Maya Angelou, who died Wednesday at the age of 86, was known for many things throughout her life: her wisdom, her acting, her indefatigable civil rights activism. But more than anything else, Angelou was famous for her writing. Both a prolific poet and memorist, Angelou penned more than two dozens books and collections throughout her life (including two cookbooks).
Despite the scale of her oeuvre, much of her work deals with reoccuring themes: love, heartbreak, family, race and feminism. Her books were critically-acclaimed and adored by many readers; here are some of the most notable works.
I Know Why the Caged Bird Sings (1969)
The first of seven autobiographical works, I Know Why the Caged Bird Sings is Angelou’s most famous and critically acclaimed book. The story spans much of her childhood, following young Maya and her older brother as they bounce from their parents’ home to their grandmother’s…
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After remembering the solemness of the anniversary of Dr. Martin Luther King, Jr.’s assassination, I also remember another culturally-relevant event in America and the world – the birthday of the “Global Renaissance Woman” herself, Dr. Maya Angelou. And with the latest news I just got from Tom Joyner minutes ago, my heart is heavy this morning over the great loss of this amazing educator, poet, orator, mother, daughter, and human being.
My first experience with her works and persona was in school where I had to recite a poem in front of the class. Naturally, I was mortified of public speaking, especially to my peers who would only make fun of me later at lunch if my nerves got the better of me. I found her poem “Phenomenal Woman” after I saw the John Singleton’s Poetic Justice starring Janet Jackson and Tupac Shakur.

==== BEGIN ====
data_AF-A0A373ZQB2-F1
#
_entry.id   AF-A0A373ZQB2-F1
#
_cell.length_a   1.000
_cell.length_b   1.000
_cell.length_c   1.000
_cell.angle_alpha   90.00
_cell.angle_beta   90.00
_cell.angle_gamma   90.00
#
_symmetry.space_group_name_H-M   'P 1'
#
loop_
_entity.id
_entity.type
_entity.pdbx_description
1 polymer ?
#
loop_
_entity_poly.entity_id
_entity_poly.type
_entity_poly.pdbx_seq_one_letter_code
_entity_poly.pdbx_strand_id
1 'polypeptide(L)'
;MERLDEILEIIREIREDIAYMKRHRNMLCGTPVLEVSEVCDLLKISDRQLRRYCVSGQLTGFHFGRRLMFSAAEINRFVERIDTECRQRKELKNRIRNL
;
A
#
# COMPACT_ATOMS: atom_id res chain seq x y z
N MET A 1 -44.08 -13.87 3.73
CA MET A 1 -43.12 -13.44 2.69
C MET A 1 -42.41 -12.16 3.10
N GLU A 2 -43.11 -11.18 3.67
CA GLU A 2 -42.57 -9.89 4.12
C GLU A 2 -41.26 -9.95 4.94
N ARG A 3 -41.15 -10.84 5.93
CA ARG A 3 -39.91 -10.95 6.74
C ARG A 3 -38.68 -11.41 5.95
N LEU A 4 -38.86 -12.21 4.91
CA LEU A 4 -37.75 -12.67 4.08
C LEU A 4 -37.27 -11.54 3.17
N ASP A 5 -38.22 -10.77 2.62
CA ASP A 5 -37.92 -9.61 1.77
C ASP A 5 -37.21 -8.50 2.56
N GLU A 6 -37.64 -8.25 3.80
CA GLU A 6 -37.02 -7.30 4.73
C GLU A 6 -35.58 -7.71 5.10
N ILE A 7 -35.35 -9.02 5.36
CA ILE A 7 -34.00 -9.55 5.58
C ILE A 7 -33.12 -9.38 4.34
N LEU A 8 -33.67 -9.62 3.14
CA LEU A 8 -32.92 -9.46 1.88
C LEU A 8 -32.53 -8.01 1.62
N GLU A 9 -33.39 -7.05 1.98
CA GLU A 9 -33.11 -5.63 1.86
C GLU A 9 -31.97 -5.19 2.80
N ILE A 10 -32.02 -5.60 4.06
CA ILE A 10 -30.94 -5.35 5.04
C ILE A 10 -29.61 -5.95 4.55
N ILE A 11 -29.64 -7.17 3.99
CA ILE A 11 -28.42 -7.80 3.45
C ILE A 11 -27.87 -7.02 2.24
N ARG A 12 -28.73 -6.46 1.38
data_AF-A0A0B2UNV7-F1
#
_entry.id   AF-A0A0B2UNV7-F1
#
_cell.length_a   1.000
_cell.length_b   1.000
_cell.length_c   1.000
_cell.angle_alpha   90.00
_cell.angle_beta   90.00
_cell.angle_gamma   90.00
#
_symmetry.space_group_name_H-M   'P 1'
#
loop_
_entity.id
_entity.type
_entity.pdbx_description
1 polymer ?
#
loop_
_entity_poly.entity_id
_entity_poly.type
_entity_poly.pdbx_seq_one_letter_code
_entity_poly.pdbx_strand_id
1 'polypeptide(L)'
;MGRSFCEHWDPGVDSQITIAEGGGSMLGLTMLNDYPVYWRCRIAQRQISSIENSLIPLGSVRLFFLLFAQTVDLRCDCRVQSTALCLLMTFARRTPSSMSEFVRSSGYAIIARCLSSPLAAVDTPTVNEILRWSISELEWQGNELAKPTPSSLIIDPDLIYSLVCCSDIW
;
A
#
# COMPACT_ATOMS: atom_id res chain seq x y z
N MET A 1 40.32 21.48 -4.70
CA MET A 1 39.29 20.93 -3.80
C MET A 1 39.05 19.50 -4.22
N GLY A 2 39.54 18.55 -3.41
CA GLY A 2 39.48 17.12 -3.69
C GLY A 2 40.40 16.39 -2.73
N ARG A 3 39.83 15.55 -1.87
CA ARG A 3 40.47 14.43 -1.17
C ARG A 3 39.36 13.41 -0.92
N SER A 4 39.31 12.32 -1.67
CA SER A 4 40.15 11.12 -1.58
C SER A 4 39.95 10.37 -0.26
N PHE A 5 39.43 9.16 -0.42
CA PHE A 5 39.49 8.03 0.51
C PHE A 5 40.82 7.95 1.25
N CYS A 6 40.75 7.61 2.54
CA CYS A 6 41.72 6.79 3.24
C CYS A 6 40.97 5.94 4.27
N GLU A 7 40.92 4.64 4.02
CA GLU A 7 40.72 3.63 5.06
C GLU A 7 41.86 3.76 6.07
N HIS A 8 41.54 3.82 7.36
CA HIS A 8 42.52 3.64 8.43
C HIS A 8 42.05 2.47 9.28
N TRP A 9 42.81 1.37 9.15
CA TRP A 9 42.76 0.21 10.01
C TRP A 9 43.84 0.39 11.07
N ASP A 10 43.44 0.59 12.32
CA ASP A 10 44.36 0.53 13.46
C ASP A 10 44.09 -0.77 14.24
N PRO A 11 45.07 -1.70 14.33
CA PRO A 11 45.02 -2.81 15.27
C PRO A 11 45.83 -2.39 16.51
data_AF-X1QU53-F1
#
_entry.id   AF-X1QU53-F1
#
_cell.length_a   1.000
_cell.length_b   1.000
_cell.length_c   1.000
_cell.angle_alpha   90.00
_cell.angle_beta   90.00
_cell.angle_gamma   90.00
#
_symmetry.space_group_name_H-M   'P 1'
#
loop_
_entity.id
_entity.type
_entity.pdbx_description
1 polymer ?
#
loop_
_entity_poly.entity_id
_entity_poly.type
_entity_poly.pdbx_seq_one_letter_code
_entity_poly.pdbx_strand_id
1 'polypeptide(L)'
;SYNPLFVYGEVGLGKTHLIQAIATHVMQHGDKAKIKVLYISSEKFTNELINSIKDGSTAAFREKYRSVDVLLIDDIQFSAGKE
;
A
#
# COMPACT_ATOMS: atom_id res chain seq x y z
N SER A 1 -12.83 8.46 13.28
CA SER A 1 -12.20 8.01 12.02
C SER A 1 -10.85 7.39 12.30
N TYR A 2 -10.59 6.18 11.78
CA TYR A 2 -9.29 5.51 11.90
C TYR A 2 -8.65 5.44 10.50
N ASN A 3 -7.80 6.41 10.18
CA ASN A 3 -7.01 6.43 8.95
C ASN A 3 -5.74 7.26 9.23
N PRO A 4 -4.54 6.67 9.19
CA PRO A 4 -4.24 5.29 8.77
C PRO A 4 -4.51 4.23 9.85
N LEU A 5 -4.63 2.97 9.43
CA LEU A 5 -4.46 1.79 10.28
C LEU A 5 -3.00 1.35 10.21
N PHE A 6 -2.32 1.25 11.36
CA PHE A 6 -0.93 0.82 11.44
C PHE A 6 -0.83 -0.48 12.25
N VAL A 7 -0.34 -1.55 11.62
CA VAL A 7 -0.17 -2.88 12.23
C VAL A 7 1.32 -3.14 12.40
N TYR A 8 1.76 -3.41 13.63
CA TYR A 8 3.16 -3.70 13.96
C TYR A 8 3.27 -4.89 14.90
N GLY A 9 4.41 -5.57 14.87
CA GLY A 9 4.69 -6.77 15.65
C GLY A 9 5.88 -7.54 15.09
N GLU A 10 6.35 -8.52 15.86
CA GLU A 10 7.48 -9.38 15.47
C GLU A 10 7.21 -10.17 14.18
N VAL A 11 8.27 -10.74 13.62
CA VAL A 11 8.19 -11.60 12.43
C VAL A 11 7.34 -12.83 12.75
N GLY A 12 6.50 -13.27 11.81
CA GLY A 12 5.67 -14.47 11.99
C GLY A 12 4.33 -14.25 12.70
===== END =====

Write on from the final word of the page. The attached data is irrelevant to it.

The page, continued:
Miss Jackson’s oration of these magical poems hooked me in as a teenager, especially in contrast to the chaotic world of Compton, CA that her character Justice had to endure. The poetry was her refuge, providing an outlet for her dreams, frustrations, grief, isolation and yearnings for love.
So as I practiced at home, I remember feeling nervous about saying the word “breasts” in front of my class. It felt a little risque but I knew I needed to remain authentic to the original work.
But something strange happened to me when I was my turn to present my poem. My fear evaporated and I became her character, a strong and self-assured woman who was proud of my internal and external qualities that made me unique. Sorry, readers. I don’t have video of this transformation but rest assured, I never forgot how that one oration connected me to Dr. Maya Angelou ever since.
What I learned over the years as I grew into my own person was that I wasn’t playing a character that day – I caught a glimpse of who I really was (and am at my “best self”). Thank you, Dr. Angelou and Lady O for giving women like me the vocabulary to recognize this kind of “Aha Moment.” I am the educator I am now because of that poem. I am the assured young woman because Dr. Angelou’s body of work that celebrates self-love and acceptance. You will live on my heart and deeds! XOXO